Food Wastage is Contributing to Global Hunger Problem – Hope 103.2

Food Wastage is Contributing to Global Hunger Problem

According to research conducted by the United Nations, 25,000 people including 10,000 children die from hunger and related causes every day.

By Amy ChengFriday 15 Oct 2021Social JusticeReading Time: 4 minutes

World hunger isn’t caused by a lack of food but rather a wastage of food, the CEO of an international aid organisation has said.

Ben Evans of Feed the Hungry said there is an inequality of food distribution around the world.

“There’s an idea that here in the West we have plenty to spare, but what we end up doing is throwing it away,” he told Hope 103.2.

“The UN estimates that about a third of the food that’s produced in the world is actually wasted. Some of that is wasted at the dinner table and some of that is wasted in the way that it’s gathered.

“If we were able to reduce that wastage, we would have more food to feed hungry people around the world.”

Tomorrow, World Food Day – October 16 – is an opportunity to recognise that we have things to spare and should share it, he said.

“If we were able to reduce that [food] wastage, we would have more food to feed hungry people around the world,” – Ben Evans, CEO of Feed the Hungry

According to research conducted by the United Nations, 25,000 people including 10,000 children die from hunger and related causes every day. In 2019 alone, an additional 161 million people lost access to adequate food.

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Mr Evans said our first response when we hear these facts is usually that it’s too big and someone else’s problem, however, as a Christian, he always looks to Jesus for inspiration.

In particular, he has found the story of Jesus feeding the 5000 in Mark 6:30-44 inspiring.

In the story, Jesus asks his disciples to feed the hungry and they respond by saying it would take a small fortune to feed everyone.

“Then Jesus said, ‘What do you have?’, and when we look at the world’s problems, I think that is the key as a Christian and in how we respond; not what do we need, but what do we have,” Mr Evans said.

“I think that is the key as a Christian and in how we respond; not what do we need, but what do we have,” – Ben Evans, CEO of Feed the Hungry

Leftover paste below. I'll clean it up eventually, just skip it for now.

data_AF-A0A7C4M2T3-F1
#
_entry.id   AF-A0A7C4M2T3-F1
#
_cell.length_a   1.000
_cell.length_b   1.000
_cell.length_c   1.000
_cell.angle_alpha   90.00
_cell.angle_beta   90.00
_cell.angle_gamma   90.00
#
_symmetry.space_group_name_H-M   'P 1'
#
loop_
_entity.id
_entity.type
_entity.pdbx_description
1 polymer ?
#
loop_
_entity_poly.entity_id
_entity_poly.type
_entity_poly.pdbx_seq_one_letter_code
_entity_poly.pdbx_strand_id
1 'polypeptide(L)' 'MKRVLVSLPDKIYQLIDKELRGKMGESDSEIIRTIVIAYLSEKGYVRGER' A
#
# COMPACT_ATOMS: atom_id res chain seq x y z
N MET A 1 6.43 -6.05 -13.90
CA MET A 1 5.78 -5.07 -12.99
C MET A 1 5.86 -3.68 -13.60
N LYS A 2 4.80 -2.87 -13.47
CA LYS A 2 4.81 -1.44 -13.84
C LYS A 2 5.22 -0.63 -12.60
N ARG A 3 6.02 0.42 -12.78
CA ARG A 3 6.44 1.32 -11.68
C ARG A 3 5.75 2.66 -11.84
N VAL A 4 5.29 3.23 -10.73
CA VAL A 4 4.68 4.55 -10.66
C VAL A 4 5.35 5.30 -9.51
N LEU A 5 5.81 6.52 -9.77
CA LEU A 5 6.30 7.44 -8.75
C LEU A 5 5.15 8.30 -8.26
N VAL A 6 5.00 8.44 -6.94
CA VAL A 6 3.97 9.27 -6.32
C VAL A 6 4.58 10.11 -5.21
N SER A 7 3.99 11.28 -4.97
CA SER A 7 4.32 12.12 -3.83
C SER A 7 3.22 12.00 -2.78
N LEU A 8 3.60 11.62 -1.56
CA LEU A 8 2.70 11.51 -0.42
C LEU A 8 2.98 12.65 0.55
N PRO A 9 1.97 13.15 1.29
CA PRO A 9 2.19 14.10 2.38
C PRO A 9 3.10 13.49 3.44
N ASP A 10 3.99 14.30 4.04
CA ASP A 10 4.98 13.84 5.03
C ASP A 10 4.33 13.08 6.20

Avoiding food wastage

On a practical level, Mr Evans said we can begin by being good stewards and more thoughtful about what we buy at the shops.

“I think often we have to be a bit more considered, I would say, in how we consume, there’s nothing wrong with what we consume, it’s just a bit more thought into it,” Mr Evans said.

“I think often we have to be a bit more considered, I would say, in how we consume, there’s nothing wrong with what we consume, it’s just a bit more thought into it,” – Ben Evans, CEO of Feed the Hungry

For example, he avoids going shopping when he’s hungry because he knows he will buy too many things that he doesn’t need.

“When you’re overeating and over ordering and all that sort of stuff, you end up just throwing it into the bin, or you shop too much and it goes past its expiry date, this is all part of that cycle,” Mr Evans said.

“They’re all small cogs but it’s part of that cycle of waste, so we just have to take small steps and eat what we buy and try and buy better.”

Impact of pandemic

Feed the Hungry has done a lot of work in Uganda. The country has had a similar amount of COVID-19 cases to Australia and also went into lockdown when cases spiked.

However, Mr Evans said this took a toll on the country because it doesn’t have the same support network that exists in Australia.

“When you send someone who’s living in that hand-to mouth-lifestyle – whatever they earned today is going to go into tonight’s meal – when you lock them up, when you put them in a quarantine or an isolation period, what is an inconvenience for us is really a death sentence for them,” he said.

“Because there’s just no way for them to get support, no way for them to get food or to provide for their families, so it creates desperation.

“And so COVID is having that impact on the production and the distribution of food because these people cannot perform their necessary daily life.”

“We just have to take small steps and eat what we buy and try and buy better,” – Ben Evans, CEO of Feed the Hungry

Last year, Feed the Hungry fed more than 330,000 children, reached 23 nations, sent 116 shipping containers of food and provided more than 34 million meals.

“For us to be Christ-like, we must follow His actions and care about our neighbours and look after them and feed the hungry,” Mr Evans said.

“For us to be Christ-like, we must follow His actions and care about our neighbours and look after them and feed the hungry,” – Ben Evans, CEO of Feed the Hungry

Feature image: Feed the Hungry Australia Facebook